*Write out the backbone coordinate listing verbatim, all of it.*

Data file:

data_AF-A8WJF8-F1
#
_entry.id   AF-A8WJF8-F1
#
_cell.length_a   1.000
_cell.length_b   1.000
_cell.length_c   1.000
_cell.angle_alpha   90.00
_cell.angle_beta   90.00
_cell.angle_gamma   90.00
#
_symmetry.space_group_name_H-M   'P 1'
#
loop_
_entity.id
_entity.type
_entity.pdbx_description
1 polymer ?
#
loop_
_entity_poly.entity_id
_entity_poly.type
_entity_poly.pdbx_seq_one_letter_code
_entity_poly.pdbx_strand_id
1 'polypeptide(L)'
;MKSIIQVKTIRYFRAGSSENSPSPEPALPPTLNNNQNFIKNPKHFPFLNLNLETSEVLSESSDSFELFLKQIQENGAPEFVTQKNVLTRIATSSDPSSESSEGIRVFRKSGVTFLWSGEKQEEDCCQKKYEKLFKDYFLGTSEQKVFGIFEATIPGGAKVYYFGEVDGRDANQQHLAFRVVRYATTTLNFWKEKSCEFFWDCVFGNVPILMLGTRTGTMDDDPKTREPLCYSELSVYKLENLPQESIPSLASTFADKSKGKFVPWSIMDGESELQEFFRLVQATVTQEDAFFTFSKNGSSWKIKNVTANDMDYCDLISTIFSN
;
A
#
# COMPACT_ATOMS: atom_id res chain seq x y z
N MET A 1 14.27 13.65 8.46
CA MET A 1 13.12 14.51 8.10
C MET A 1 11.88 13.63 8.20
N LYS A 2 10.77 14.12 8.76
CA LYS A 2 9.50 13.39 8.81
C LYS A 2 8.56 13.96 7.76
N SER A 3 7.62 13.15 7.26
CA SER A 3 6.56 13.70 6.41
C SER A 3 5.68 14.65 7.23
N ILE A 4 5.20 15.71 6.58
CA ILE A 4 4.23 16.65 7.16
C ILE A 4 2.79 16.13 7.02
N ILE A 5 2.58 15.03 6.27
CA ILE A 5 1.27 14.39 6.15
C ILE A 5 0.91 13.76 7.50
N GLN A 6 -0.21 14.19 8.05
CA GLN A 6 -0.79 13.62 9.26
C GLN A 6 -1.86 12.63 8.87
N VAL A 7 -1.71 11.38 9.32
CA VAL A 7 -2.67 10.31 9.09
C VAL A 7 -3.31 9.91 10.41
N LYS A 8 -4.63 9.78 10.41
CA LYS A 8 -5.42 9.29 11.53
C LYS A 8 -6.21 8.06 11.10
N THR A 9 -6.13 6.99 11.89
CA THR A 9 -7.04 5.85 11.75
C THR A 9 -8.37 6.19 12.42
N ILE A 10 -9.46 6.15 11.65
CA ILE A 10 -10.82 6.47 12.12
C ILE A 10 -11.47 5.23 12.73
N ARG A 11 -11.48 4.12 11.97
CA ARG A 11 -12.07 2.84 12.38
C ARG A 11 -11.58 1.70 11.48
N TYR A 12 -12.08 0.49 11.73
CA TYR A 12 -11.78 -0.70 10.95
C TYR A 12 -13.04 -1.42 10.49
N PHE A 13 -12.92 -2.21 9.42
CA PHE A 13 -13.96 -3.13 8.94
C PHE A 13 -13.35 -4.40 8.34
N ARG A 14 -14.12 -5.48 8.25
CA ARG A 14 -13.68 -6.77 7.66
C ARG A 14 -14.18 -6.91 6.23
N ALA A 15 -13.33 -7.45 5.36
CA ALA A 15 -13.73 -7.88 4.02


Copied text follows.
data_AF-A8WJF8-F1
#
_entry.id   AF-A8WJF8-F1
#
_cell.length_a   1.000
_cell.length_b   1.000
_cell.length_c   1.000
_cell.angle_alpha   90.00
_cell.angle_beta   90.00
_cell.angle_gamma   90.00
#
_symmetry.space_group_name_H-M   'P 1'
#
loop_
_entity.id
_entity.type
_entity.pdbx_description
1 polymer ?
#
loop_
_entity_poly.entity_id
_entity_poly.type
_entity_poly.pdbx_seq_one_letter_code
_entity_poly.pdbx_strand_id
1 'polypeptide(L)'
;MKSIIQVKTIRYFRAGSSENSPSPEPALPPTLNNNQNFIKNPKHFPFLNLNLETSEVLSESSDSFELFLKQIQENGAPEFVTQKNVLTRIATSSDPSSESSEGIRVFRKSGVTFLWSGEKQEEDCCQKKYEKLFKDYFLGTSEQKVFGIFEATIPGGAKVYYFGEVDGRDANQQHLAFRVVRYATTTLNFWKEKSCEFFWDCVFGNVPILMLGTRTGTMDDDPKTREPLCYSELSVYKLENLPQESIPSLASTFADKSKGKFVPWSIMDGESELQEFFRLVQATVTQEDAFFTFSKNGSSWKIKNVTANDMDYCDLISTIFSN
;
A
#
# COMPACT_ATOMS: atom_id res chain seq x y z
N MET A 1 14.27 13.65 8.46
CA MET A 1 13.12 14.51 8.10
C MET A 1 11.88 13.63 8.20
N LYS A 2 10.77 14.12 8.76
CA LYS A 2 9.50 13.39 8.81
C LYS A 2 8.56 13.96 7.76
N SER A 3 7.62 13.15 7.26
CA SER A 3 6.56 13.70 6.41
C SER A 3 5.68 14.65 7.23
N ILE A 4 5.20 15.71 6.58
CA ILE A 4 4.23 16.65 7.16
C ILE A 4 2.79 16.13 7.02
N ILE A 5 2.58 15.03 6.27
CA ILE A 5 1.27 14.39 6.15
C ILE A 5 0.91 13.76 7.50
N GLN A 6 -0.21 14.19 8.05
CA GLN A 6 -0.79 13.62 9.26
C GLN A 6 -1.86 12.63 8.87
N VAL A 7 -1.71 11.38 9.32
CA VAL A 7 -2.67 10.31 9.09
C VAL A 7 -3.31 9.91 10.41
N LYS A 8 -4.63 9.78 10.41
CA LYS A 8 -5.42 9.29 11.53
C LYS A 8 -6.21 8.06 11.10
N THR A 9 -6.13 6.99 11.89
CA THR A 9 -7.04 5.85 11.75
C THR A 9 -8.37 6.19 12.42
N ILE A 10 -9.46 6.15 11.65
CA ILE A 10 -10.82 6.47 12.12
C ILE A 10 -11.47 5.23 12.73
N ARG A 11 -11.48 4.12 11.97
CA ARG A 11 -12.07 2.84 12.38
C ARG A 11 -11.58 1.70 11.48
N TYR A 12 -12.08 0.49 11.73
CA TYR A 12 -11.78 -0.70 10.95
C TYR A 12 -13.04 -1.42 10.49
N PHE A 13 -12.92 -2.21 9.42
CA PHE A 13 -13.96 -3.13 8.94
C PHE A 13 -13.35 -4.40 8.34
N ARG A 14 -14.12 -5.48 8.25
CA ARG A 14 -13.68 -6.77 7.66
C ARG A 14 -14.18 -6.91 6.23
N ALA A 15 -13.33 -7.45 5.36
CA ALA A 15 -13.73 -7.88 4.02